If you're a football fan, chances are you've already at least heard about the 3D offerings of BSkyB, which were showcased in pubs across the country during this year's World Cup. If you're not, you could soon embrace the new TV format, as, this morning, BSkyB launched Europe's first 3D channel. It's still primarily aimed at sports fans though.
The new channel teed off at 7am with live 3D coverage of the Ryder Cup, this year held in Wales. In fact, today's schedule is only given a limited time out from sports by family film Monsters Vs Aliens, airing at 8pm. Though James Hunt, Sky Arts' head of programming, admits the channel is currently "dominated by sports and movies", he does concede that it "also offers great prospects--for performing arts in particular." We donned our glasses for a special screening of the channel's first Sky Art endeavour, Dance Dance Dance, to see what this development could mean for the future of serial TV.
From watching the dance show, set to air at 9pm on Sky 3D this Saturday, it's clear the broadcasting giant is still getting to grips with the new technology--something Hunt later admitted. Sequences you'd expect to pop out from the screen don't always deliver, as juxtaposing backgrounds aren't always best matched. That said, when things do reach out to you it's often with beautiful clarity; a dance in the fountains of Somerset House particularly portrays this.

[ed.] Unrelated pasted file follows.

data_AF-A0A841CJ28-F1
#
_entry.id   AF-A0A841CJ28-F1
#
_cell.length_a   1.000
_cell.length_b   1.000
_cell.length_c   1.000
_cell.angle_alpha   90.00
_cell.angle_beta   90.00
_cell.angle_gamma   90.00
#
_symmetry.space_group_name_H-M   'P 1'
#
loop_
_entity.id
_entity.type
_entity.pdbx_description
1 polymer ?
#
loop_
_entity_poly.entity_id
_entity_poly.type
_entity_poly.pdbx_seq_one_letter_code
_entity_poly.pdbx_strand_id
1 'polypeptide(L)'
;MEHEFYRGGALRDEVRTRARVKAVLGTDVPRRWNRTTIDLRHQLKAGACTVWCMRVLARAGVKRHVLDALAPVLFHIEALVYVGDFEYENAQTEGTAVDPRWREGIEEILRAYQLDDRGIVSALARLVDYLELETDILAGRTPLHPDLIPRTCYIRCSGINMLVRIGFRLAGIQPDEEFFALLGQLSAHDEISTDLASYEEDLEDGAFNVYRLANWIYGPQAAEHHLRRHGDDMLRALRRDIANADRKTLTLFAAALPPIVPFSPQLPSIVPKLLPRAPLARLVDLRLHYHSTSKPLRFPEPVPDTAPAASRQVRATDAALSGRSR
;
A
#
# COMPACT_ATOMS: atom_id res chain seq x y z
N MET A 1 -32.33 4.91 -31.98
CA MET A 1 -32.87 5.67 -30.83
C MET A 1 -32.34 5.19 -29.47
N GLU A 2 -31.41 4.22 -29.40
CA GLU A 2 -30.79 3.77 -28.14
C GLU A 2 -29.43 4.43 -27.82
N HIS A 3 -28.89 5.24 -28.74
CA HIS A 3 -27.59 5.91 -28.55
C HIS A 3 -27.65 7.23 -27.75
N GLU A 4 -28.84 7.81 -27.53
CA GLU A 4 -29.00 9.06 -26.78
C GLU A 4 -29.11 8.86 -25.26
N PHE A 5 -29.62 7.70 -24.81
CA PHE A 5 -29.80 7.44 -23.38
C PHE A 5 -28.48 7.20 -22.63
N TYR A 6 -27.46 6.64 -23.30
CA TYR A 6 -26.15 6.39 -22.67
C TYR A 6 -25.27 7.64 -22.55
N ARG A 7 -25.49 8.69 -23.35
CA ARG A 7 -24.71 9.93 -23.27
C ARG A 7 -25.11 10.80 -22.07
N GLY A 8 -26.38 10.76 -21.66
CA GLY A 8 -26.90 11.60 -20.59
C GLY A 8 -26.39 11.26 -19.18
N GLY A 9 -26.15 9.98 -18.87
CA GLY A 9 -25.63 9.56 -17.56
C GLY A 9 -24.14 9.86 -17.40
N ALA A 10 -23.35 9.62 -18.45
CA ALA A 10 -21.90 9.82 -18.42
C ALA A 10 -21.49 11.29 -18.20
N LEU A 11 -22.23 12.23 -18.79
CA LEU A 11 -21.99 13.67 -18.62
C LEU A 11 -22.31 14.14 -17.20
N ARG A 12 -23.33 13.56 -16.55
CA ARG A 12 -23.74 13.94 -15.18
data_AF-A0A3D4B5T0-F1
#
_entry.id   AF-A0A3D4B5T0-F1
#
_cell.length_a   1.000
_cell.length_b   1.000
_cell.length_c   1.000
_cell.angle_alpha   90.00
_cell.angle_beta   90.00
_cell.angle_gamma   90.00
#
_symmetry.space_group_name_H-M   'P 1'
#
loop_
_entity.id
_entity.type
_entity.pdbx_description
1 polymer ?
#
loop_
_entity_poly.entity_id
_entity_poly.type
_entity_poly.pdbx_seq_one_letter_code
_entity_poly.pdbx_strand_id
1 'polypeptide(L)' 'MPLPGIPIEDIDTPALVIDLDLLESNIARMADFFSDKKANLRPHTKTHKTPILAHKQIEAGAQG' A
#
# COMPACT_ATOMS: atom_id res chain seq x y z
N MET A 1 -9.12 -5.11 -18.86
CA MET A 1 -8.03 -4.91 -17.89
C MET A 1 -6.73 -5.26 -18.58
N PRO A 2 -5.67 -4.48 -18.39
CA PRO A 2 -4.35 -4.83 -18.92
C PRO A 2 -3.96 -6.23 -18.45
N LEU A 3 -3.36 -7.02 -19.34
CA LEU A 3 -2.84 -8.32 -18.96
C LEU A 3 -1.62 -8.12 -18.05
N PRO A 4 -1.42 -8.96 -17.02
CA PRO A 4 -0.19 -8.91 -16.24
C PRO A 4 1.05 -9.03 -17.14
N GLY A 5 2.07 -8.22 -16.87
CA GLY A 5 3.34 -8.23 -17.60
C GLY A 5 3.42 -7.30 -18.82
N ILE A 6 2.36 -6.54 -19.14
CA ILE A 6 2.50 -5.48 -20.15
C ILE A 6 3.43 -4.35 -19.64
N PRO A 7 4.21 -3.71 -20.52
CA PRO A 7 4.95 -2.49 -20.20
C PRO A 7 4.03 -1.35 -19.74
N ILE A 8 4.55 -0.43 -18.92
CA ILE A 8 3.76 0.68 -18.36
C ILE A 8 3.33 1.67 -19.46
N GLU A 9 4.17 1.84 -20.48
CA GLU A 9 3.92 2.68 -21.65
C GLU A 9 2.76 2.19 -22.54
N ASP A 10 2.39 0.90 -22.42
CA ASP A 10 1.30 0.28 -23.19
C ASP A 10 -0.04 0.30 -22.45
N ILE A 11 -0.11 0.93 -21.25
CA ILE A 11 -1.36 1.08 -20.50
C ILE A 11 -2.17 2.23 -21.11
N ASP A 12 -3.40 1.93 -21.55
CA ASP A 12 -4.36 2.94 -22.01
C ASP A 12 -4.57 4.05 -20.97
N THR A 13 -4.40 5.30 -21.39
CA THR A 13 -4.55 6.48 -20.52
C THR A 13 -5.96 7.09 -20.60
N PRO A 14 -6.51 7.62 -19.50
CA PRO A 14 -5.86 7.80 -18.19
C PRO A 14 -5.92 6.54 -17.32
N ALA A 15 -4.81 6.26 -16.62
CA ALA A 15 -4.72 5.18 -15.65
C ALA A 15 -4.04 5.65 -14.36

3D and dance are forming a particularly frugal partnership: just look at your local cinema schedule for proof of this. It's a safe(ish) and proven option for Sky, following the success of Box Office hits StreetDance and Step Up 3D, but what about other genres? Your favourite crime dramas, or comedy classics, are unlikely to air on the channel anytime soon. For starters they need to be filmed using special equipment and there are no plans for that yet--that privilege is currently predominantly reserved for event, usually live, television.
It's an expensive, and risky, endeavour turning TV shows into 3D as their financial success isn't as immediate as films or sports (which often relies on lucrative sponsorship deals). That's not to say it won't happen--similar things were said about HD TV once upon a time. At least by the time serials are produced in 3D the lessons learnt now can be put to work.
Like high definition programming, viewers who want to enjoy 3D TV will have to buy a compatible television set and the most expensive package on Sky. They'll also get to look trendy in the new, clear 3D glasses. Will you be going to these lengths, or does 3D TV not bother you?